The case of Bureau Veritas Commodities and Trade, Inc. v. Cotecna Inspection SA, No. 4:21-CV-00622, 2022 WL 912781 (S.D. Tex. 2022) dealt with the application of Federal Rule of Civil Procedure 12(b)(6) to claims under the Defend Trade Secrets Act (DTSA) and the Texas Uniform Trade Secrets Act (TUTSA). Ultimately, the Southern District of Texas determined that the Plaintiff successfully plead a claim under DTSA and TUTSA. In reaching this conclusion, the court determined that the Plaintiff was not required to plead detailed descriptions of its trade secret in a public complaint, especially without a court order in place.
Bureau Veritas Commodities and Trade, Inc. (Bureau) sued Cotecna Inspection SA (Cotecna) for violations of DTSA and TUTSA. In its petition, Bureau alleged that Cotecna planned to poach several of Bureau’s high-level employees for the purpose of misappropriating Bureau’s trade secrets. According to Bureau, Cotecna’s global Chief Executive Officer conspired with Bureau’s most senior leader in its Metals and Minerals (M&M) division to allow Cotecna to hire several of Bureau’s key employees. Bureau claimed that these hirings helped Cotecna to compete with Bureau’s M&M division and allowed Cotecna to misappropriate Bureau’s trade secrets.
Cotecna’s alleged actions were the impetus of Bureau’s lawsuit. In response to Bureau’s petition, Cotecna filed a motion to dismiss asserting, among other things, that Bureau failed to state a claim under Federal Rule of Civil Procedure 12(b)(6). Specifically, Cotecna claimed that Bureau failed to identify any trade secret and that the categories of alleged trade secrets that Bureau did allege, were overly broad and vague. In its analysis, the court acknowledged that DTSA’s and TUTSA’s definition of a trade secret are identical. The court noted that both statutes define a trade secret as information that (1) the owner of the information has taken reasonable means to protect the secrecy of the information; and (2) the information has independent economic value from not being generally known by the public.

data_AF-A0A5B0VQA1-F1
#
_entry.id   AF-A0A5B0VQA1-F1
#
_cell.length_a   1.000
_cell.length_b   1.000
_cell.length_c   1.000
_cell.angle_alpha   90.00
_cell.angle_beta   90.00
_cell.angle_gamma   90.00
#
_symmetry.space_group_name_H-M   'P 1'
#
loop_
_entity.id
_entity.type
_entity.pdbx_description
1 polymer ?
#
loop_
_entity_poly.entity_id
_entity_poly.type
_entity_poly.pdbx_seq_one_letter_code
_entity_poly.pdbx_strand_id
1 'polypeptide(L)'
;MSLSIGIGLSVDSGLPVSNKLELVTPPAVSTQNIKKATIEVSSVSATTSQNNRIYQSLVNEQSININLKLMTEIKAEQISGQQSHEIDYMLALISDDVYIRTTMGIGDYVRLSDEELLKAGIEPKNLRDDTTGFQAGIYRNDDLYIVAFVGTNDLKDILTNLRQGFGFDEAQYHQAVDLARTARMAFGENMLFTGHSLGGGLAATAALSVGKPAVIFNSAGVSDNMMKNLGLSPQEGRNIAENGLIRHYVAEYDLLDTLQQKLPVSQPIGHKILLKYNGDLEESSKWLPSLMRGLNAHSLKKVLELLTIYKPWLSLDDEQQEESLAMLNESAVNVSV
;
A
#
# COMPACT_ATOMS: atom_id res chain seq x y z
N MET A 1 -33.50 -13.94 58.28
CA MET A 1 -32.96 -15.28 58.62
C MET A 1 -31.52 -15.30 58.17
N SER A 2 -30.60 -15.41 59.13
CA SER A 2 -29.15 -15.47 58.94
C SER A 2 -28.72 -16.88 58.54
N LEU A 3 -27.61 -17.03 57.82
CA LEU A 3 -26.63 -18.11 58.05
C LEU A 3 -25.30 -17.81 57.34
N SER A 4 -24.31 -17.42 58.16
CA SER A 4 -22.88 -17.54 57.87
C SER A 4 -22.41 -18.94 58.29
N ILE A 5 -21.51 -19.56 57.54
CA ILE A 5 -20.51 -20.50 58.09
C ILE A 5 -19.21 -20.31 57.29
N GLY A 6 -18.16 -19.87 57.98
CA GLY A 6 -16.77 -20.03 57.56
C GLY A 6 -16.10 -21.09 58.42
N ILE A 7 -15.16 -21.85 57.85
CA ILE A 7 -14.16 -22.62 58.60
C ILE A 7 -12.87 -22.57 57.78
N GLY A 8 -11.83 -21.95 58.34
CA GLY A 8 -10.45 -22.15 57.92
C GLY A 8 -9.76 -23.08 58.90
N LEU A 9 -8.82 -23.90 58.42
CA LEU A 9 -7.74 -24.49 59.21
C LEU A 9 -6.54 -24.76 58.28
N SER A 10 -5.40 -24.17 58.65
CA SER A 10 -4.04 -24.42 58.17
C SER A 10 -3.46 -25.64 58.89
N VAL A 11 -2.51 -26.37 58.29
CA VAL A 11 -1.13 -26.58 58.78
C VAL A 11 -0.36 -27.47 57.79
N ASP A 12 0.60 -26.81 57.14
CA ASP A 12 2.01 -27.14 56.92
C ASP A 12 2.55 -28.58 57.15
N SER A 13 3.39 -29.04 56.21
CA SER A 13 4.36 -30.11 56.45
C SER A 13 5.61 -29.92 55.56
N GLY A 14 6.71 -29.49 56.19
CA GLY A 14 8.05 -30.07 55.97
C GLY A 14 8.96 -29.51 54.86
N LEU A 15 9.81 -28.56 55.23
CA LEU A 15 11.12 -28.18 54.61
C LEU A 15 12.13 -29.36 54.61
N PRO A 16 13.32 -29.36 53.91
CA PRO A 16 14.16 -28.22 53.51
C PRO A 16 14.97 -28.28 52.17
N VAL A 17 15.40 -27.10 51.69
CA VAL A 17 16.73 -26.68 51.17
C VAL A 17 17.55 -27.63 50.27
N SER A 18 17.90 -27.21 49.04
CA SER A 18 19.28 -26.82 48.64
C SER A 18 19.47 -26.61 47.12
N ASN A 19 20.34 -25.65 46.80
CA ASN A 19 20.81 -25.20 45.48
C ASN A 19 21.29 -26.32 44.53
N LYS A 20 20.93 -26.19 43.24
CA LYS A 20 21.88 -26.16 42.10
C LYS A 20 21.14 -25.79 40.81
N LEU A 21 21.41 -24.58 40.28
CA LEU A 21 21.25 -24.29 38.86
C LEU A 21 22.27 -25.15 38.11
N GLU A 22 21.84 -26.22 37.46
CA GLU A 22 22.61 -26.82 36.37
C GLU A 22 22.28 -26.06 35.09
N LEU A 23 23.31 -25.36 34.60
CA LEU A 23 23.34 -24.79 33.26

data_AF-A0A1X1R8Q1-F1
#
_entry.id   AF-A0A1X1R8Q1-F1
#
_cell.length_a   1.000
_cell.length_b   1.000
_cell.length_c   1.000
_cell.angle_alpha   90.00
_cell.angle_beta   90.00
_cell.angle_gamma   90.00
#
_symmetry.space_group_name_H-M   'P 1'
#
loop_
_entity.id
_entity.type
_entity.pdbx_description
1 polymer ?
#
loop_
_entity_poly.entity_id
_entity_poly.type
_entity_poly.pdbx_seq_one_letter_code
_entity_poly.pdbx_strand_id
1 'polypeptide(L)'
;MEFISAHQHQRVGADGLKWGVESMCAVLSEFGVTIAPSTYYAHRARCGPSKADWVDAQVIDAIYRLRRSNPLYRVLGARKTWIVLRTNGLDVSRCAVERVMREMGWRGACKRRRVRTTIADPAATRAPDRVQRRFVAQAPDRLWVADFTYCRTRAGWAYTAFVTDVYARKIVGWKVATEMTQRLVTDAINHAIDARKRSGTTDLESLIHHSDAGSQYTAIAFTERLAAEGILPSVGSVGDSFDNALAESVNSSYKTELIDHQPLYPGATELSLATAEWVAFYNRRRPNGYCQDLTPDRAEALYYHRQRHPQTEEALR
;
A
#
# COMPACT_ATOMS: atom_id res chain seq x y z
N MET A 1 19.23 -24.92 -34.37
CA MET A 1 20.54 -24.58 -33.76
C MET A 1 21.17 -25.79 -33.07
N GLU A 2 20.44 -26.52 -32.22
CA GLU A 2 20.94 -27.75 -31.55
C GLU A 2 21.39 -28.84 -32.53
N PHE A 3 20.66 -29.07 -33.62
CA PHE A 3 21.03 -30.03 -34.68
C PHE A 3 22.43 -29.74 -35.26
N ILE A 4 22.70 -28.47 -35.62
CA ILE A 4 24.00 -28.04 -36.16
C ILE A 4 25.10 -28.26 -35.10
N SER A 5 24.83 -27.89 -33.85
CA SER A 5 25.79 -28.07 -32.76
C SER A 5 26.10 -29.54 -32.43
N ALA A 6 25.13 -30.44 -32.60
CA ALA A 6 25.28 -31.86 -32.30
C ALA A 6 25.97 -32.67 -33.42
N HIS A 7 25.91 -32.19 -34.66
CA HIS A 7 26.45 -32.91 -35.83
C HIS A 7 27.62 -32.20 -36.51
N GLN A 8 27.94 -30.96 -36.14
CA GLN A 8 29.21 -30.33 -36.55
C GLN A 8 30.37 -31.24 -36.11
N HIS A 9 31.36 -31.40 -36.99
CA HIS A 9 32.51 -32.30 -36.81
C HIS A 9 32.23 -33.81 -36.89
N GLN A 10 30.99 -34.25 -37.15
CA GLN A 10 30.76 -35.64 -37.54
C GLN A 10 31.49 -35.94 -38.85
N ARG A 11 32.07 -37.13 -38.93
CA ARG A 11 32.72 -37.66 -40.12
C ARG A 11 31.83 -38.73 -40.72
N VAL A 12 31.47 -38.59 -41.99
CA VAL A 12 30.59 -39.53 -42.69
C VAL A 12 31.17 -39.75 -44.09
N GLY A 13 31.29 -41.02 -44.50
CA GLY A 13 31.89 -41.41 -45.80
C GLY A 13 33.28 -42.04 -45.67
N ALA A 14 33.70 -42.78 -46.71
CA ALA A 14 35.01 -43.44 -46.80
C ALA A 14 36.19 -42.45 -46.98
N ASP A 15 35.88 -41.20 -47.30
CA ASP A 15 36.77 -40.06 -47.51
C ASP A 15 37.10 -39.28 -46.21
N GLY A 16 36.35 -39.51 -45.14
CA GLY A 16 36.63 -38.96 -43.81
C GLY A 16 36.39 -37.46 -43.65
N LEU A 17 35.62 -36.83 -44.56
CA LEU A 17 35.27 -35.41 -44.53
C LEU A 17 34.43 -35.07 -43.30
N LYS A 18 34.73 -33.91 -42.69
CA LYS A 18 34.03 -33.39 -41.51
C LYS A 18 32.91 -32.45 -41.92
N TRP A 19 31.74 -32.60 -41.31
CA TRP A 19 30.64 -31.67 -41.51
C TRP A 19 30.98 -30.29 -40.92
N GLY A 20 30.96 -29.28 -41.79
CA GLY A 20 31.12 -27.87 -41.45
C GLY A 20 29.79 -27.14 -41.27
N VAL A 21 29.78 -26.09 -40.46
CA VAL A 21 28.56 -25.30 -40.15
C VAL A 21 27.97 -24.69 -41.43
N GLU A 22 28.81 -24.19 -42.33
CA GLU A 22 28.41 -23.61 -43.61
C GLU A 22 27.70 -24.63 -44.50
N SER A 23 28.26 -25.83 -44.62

In its DTSA claim, Bureau asserted that the following information was a trade secret: “its profit and loss information, financial information, business plans, strategic growth strategies, sales information, operational weaknesses, marketing strategies, customer information, pricing, pricing strategies, sales volume, operational plans, employee compensation, vendor and contractor information, testing procedures, certificates, and laboratory technology.” In its TUTSA claim, Bureau asserted that the following were trade secrets: “M&M Division financial information, operational processes, pricing, customer lists, customer contact information, sales strategies, growth strategies, laboratory technology, laboratory equipment lists, employee compensation information, and contractor information.”
The court determined that Bureau sufficiently plead the existence of a trade secret. In denying Cotecna’s claim, the court held that Bureau was not required to disclose all of the details regarding its alleged trade secrets in a public complaint. The court reasoned that without a protective order in place, requiring Bureau to plead more details about its alleged trade secrets would defeat the purpose of attempting to protect its trade secret. Ultimately, the court denied Cotecna’s motion to dismiss for failure to state a claim.
In the alternative, Cotecna made a motion for a more definite statement. In this motion, Cotecna asserted that Bureau is required to “identify whether the information allegedly misappropriated was intangible, and electronic file, or a document.” Additionally, Cotenca asserted the following:
if the information is intangible, it should be described with sufficient particularity to enable each individual defendant to determine exactly what the information is. If the information is an electronic file or printed document, Bureau Veritas should be required to identify the specific file or document by name and date or other characteristic sufficient to provide notice . . . as to identity of the file or document.
The court also denied Cotenca’s motion for a more definite statement. The court reasoned that holding Bureau to Contenca’s alleged standards would present an “impermissibly high standard” at an early stage within the lawsuit. The court further reasoned that the existence of Bureau’s alleged trade secret could be further developed with additional discovery.